This is an extract from a longer piece – possibly a novel – that I am developing as a fiction-science experiment.
Violet lives in a world where people physically ‘blend’ with machines. Violet is one of the first of the experimental children, who, as unborn babies, are given cybernetic brain implants that develop with them. p is her mentor, an adapted human who is degrading. When her body can no longer sustain her, p will become part of a Corps – a chimera of human and machine intelligence. Violet, now fourteen, believes that she is being given corrective neurological treatment for a disease.
The Taste of Violet
I think I’ll be sick, but p says look and I look, and I look in the mirror. The skirt is a flower, a tulip, the girl’s legs, the stamens. The tiny girl with her breasts so small they almost vanish in clothes. p says watch and I see her take the pink jumper. It comes over my head and shoulders like a jellyfish mouth.
p buys the clothes for me. p is kind. I say thank you to her. She has a bonus from Enlisting lots of people. Her ear looks extra sore today and skin peels away under the golden scales. Her ear is overloaded with gold. p could hear the stars talk with an ear like that. She laughs when I say this. I tell her that I want to talk to the stars, but she says that is a job only machine people can do.
I am scared of machine people. I saw inside a Corps once at the hospital. Rows of dark boxes like coffins with golden mesh over them so fine it looked like dust, lots of metal shapes, and bands of stripy wires clipped on like rainbows all around the edge. The colours made me taste fruit and leaves, flowers and death, and tastes that I didn’t know I could taste; my mouth overflowed. Then they gave me my treatment. There was a taste of something burnt, but I never remember much. Afterwards I have nothing but pale wispy grey, almost nothing. Grey taste, grey colour, grey sound. Maybe this is how it is to be one of the Halfway. They are so joyless. p will be Halfway soon, and she will no longer be able to smile.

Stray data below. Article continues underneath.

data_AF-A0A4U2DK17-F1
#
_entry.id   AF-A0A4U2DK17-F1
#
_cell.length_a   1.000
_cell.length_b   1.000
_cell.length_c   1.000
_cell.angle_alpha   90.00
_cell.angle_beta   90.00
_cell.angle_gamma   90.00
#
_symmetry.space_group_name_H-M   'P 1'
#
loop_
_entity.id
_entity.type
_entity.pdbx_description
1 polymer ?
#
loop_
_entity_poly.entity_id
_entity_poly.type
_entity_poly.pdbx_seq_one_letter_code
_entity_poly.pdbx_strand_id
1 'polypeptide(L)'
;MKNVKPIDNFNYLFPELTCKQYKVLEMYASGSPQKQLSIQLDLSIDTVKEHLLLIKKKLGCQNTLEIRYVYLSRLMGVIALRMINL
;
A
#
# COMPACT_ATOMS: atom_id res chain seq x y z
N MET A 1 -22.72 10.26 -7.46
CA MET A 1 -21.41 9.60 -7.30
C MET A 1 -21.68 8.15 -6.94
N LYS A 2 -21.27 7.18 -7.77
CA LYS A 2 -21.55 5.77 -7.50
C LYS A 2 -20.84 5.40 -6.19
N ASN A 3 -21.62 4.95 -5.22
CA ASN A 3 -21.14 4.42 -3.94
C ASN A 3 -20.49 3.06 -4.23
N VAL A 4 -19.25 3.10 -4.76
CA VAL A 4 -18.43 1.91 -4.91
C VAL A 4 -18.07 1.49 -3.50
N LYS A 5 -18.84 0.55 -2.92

I have a bad place inside my head like a rotten place in an apple – all squishy and horrible. They tell me they are trying to stop me going there, to wall off the bad place. I am frightened I’ll get trapped inside the bad place and walled inside by mistake. They tell me that can’t happen – that part of my brain is a mad place that doesn’t make any sense. No one could live there or even see inside. ‘We need to sort out your wiring, Violet,’ the doctor said, as if I was a machine person.